By Isabella @TheWandCarver
The Bodhi tree doesn’t seem to be mentioned much in witchcraft and that may be down to its religious connotations. It even has religiosa in its name, i.e., Ficus religiosa which means “sacred fig”. Can you eat the figs from the Bodhi Fig tree? As best I can tell, yes. But for the most part, the figs we eat usually come from the Common Fig [Ficus carica] tree. And, here is a little fig fact for you [although, you might decide to give up eating this delicious fruit when you read the following]
You’re welcome 😊 I’m pescatarian, not strictly vegan, therefore, this doesn’t stop me from eating a fig… although I did shed a tear for the poor mother wasp.
Back to the Bodhi Fig. This tree is also called “the tree of awakening”. Many of you may already know that the Mahabodhi Tree, located in Bodh Gaya, Bihar, India, under which Siddhartha Gautama, the spiritual teacher who became known as the Buddha, is said to have attained enlightenment or Bodhi. The Bodhi is a many-storied tree and I could carry on writing about its lore; however, we shall move onto how it can benefit us in so many ways.
I have never used any part of the Bodhi tree for magickal purposes. As close as I may have come is using the branches from a huge Ficus tree that was once in our garden but died of natural causes, for wands. But that was an entirely different genus of Ficus. I have found very little regarding magickal endeavours with any part of the Bodhi tree. It would seem, if you want to do anything magickal with a Bodhi tree you must own one or travel to a place that does have one. No, you don’t necessarily need to travel to India to visit the Bodhi for magickal or enlightenment purposes, however, you will need to travel to where they can be grown as they need warm temperatures. I have read where they grow in the United State’s California and Florida. And, I have also found a website which sells the seeds to grow your own Bodhi for a reasonable price. If you live in the US, you can purchase a Bodhi tree in a 4-inch container for not an unreasonable amount of money, but it will need to be ordered and p&p will apply, I am sure. How would you use a Bodhi tree if you could travel to one or buy a small pot plant?
According to my go-to for odd trees, Tess Whitehurst writes:
“The Bodhi tree’s divine alignment and active positivity provides a potent protection boost Whilst simply spending time with a Bodhi tree can increase the natural protectiveness of your personal energetic field, walking around the trunk in a clockwise direction nine times will have a particularly protective and purifying effect.”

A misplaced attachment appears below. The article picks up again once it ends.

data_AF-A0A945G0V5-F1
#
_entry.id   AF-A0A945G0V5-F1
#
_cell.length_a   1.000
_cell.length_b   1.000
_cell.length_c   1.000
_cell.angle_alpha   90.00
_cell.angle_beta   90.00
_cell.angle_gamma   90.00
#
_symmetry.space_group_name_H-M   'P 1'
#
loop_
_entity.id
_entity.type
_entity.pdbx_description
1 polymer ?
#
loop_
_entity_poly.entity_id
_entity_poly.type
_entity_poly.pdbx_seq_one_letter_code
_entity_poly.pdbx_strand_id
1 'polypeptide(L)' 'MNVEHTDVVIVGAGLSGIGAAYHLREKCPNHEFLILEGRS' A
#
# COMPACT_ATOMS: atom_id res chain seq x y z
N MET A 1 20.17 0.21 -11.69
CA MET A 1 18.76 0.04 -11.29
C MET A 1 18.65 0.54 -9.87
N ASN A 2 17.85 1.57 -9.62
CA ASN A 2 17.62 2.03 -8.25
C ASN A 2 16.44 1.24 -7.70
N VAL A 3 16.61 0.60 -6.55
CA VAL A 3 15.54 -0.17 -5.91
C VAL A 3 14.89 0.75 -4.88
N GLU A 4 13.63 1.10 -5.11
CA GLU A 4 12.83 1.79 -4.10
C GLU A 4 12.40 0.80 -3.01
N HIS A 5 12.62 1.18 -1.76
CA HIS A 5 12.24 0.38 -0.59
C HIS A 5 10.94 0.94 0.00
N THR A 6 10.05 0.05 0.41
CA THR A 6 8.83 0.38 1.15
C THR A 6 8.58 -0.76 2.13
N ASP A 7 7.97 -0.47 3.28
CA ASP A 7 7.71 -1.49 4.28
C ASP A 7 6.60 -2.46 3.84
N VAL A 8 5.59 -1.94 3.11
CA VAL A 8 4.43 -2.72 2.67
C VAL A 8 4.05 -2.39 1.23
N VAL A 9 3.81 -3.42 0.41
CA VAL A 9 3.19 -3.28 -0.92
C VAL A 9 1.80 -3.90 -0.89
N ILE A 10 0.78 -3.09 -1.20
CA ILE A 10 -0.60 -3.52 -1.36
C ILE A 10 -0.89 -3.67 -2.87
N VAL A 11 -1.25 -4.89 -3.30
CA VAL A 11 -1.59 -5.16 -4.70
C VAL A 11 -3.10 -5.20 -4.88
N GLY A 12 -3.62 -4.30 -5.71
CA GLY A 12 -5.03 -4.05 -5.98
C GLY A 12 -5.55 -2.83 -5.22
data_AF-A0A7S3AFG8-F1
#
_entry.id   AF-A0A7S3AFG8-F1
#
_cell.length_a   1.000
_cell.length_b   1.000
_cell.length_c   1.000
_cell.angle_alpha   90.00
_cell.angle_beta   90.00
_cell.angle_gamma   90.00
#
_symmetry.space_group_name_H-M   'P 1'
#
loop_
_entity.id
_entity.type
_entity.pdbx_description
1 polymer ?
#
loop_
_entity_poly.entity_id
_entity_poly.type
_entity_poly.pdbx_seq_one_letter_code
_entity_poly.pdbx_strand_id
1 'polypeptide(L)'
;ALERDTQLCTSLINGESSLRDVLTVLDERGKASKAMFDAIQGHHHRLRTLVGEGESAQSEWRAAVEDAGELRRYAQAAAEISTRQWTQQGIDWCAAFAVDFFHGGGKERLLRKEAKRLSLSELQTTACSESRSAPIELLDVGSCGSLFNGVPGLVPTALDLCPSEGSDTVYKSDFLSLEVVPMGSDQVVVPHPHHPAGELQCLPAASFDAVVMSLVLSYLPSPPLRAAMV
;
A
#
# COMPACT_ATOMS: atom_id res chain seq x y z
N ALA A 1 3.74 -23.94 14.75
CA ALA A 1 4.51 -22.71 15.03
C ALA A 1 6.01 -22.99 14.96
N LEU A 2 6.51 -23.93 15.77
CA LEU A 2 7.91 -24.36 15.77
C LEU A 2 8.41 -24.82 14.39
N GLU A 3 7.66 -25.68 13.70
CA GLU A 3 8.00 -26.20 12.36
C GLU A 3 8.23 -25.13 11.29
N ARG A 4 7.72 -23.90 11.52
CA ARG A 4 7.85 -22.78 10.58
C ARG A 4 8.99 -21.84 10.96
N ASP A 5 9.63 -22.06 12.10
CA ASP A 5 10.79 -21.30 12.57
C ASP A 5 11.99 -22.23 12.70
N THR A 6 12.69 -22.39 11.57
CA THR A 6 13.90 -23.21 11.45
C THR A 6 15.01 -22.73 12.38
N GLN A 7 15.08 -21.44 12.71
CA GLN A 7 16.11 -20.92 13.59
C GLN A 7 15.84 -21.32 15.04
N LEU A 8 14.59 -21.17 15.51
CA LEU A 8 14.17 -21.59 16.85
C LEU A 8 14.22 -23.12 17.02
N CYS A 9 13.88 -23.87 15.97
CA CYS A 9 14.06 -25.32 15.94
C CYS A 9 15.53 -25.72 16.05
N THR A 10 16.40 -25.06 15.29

“If you’re in need of a little wise guidance, or you would like to increase your own personal wisdom on any given issue you need look no further than a living bodhi tree. A true guru of the tree kingdom, simply spending time with a bodhi tree can offer the counsel you need. For this purpose, visit the tree as you would a spiritual master, kneel near the trunk and silently offer up your challenge or situation through your thoughts and emotions. Then, simply relax and be with the tree until you feel entered, grounded and calmly certain about how to proceed.”
She also speaks of healing, rainmaking, and nature spirits. If you would like to buy a copy of her book, find her under Sources below.
Powers: Fertility, Healing, Nature Spirits, Rainmaking, Protection, Wisdom
Deity: Buddha [all], Brahma, Vishnu, Siva [Hindu]
Other Names: Peepul tree, Bo tree [Hindi], sacred fig, Aswattha [Sanskrit]
All parts of the Bodhi Tree have been used as a medicine for their cooling and healing properties, as part of the Ayurvedic healing system. They have been used to treat various diseases of the skin and blood, digestive, reproductive, respiratory and other body systems. I have yet to learn where any part of the tree can be obtained from to aid in at-home Ayurvedic healing or holistic healing, of which I use both in my practise.
Some known medicinal uses reported in the literature are:
Leaves – to relieve diarrhoea and dysentery
Fruit – to treat asthma, digestive problems and as an antidote against venom and other poisons
Seeds – for urinary ailments
Bark – as an antibiotic against Staphylococcus aureus and Escherichia coli
Sap – to remove warts
Roots – to heal ulcers and gum disease
“Oh, Aswattha tree! You are a God.
You are king among trees.
Your roots represent Brahma, the Creator;
your trunk represents Siva, the Destroyer and your branches,
Vishnu the Preserver.
As such you are the emblem of Trimurti.
All those who honor you ;
in this world by performing Upanayama,
walk round you, adoring you and singing your praise;
obtain remission of their sins in this world and bliss in the next.
I praise and adore you.
Pardon my sins in this world and give me a place with the blessed after death”.
Many thanks for reading and warmest blessings to all whom this way wander x
The Magic of Trees, by Tess Whitehurst